Mon 20 Aug 2007
Not how I would expect sunrise to be announced but whatever floats your boat.
Often, promotional materials like trailers and posters make note of a director’s previous work in case audiences aren’t familiar with their name.
In the case of Frank Oz’s “Death at a Funeral”, they’ve decided to market it behind his effort on “Bowfinger”. I can’t be alone in thinking that’s just poor marketing. He did “Dirty Rotten Scoundrels” for Pete’s sake … there’s a Steve Martin film I can appreciate.
Oh well, at least I know Oz’s better directorial efforts and, perhaps more importantly, as the voice behind so many Muppets and even Yoda from that little franchise called “Star Wars”.
With “Death at a Funeral”, Oz has created a classically British comedy about outrageous and morbidly funny events happening during a funeral ceremony.
The characters are zany and brought to life very well for the most part, utilizing a great comedic cast that includes Alan Tudyk, Peter Dinklage and Kris Marshall.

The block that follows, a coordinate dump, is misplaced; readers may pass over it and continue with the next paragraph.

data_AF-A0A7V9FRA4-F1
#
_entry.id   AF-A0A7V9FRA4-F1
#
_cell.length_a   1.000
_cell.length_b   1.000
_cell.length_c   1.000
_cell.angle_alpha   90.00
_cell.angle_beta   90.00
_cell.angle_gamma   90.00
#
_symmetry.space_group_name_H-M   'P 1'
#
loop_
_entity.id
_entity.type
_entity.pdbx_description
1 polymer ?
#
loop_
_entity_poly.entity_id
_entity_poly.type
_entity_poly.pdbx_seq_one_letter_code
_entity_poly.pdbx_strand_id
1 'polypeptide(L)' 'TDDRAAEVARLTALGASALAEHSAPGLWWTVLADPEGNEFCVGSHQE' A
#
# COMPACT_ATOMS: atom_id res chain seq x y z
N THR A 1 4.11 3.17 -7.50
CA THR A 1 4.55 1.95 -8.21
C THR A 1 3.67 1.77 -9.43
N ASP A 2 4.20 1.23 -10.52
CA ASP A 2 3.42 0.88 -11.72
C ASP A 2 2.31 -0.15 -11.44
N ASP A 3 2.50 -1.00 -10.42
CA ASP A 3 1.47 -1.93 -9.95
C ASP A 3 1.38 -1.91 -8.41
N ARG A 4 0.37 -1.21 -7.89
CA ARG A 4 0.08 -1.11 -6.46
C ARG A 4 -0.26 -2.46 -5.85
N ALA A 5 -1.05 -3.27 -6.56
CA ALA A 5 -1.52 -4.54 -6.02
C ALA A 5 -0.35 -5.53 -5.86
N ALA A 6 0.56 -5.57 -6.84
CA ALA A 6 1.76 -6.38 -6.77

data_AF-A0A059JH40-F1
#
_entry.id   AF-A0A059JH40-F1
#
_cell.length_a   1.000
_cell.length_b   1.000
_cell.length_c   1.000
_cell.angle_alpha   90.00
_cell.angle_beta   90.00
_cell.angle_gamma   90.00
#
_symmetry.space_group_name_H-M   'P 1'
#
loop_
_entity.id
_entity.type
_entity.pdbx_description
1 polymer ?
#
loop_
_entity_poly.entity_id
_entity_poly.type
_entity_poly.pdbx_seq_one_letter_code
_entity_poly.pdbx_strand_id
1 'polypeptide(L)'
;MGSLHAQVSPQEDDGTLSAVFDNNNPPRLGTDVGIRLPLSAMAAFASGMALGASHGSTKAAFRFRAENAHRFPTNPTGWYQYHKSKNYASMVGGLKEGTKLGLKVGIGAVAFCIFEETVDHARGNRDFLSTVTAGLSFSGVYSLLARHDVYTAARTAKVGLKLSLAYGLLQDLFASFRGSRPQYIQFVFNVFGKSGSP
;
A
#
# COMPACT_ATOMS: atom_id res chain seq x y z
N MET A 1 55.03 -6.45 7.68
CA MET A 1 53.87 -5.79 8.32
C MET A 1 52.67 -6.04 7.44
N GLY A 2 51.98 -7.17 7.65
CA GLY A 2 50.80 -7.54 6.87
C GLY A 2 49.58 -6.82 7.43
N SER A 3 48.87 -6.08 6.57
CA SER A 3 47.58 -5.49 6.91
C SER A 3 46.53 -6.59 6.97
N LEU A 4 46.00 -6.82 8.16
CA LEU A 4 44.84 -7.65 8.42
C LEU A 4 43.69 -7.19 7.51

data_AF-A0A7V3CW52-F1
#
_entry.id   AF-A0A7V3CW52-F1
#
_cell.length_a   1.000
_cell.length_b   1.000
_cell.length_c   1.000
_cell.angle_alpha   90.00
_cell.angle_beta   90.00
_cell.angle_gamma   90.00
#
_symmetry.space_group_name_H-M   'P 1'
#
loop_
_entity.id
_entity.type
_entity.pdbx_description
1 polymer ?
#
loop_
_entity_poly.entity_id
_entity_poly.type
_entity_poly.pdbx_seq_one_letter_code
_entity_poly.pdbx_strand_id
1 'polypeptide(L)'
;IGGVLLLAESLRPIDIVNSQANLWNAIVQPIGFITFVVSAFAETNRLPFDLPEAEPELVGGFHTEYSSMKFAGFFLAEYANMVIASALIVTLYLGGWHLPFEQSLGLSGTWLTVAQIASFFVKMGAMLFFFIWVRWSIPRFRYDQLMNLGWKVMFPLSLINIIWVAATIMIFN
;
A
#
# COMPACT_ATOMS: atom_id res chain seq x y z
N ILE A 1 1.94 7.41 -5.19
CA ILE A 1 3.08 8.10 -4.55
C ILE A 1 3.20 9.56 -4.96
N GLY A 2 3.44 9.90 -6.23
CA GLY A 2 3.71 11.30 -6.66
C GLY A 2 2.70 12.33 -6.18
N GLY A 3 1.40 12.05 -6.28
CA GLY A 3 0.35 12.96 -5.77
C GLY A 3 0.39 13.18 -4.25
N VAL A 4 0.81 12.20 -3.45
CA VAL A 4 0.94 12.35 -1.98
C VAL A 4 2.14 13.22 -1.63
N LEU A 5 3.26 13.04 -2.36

My initial misgivings about the central character (Macfadyen) are somewhat relieved by the script, not calling for him to actually do much but act like he’s lost amongst the sea of talent around. Anyone who’s seen “Pride & Prejudice” knows what kind of bland performance I had been expecting.
Aside from his character though, the motley crew that gathers to pay their respects all have their own peccadilloes and oddities that elevate this from a simply droll, British comedy to something a tad more.
That’s not to say this is the funniest comedy I’ve seen lately. I saw the jokes coming fourteen miles away and was more astounded by the audience I was with, snickering and gasping at completely predictable events, than at anything the filmmakers came up with.
Still, there’s a lot of heart in the film and it’s a fairly well done ensemble comedy. If you like your humor imported from across the pond and are okay with seeing Alan Tudyk bare his backside, then you’ll enjoy this film.
I’m giving “Death at a Funeral” a 3 out of 5, maybe seeing it with an audience that was less surprised by what I consider a paint-by-numbers comedy would have improved my mood. The performances are good and this is more of a rent than a must-see, which is one way of saying that I wouldn’t die if I had missed this one … get it? Because it’s about a funeral … oh, stop rolling your eyes …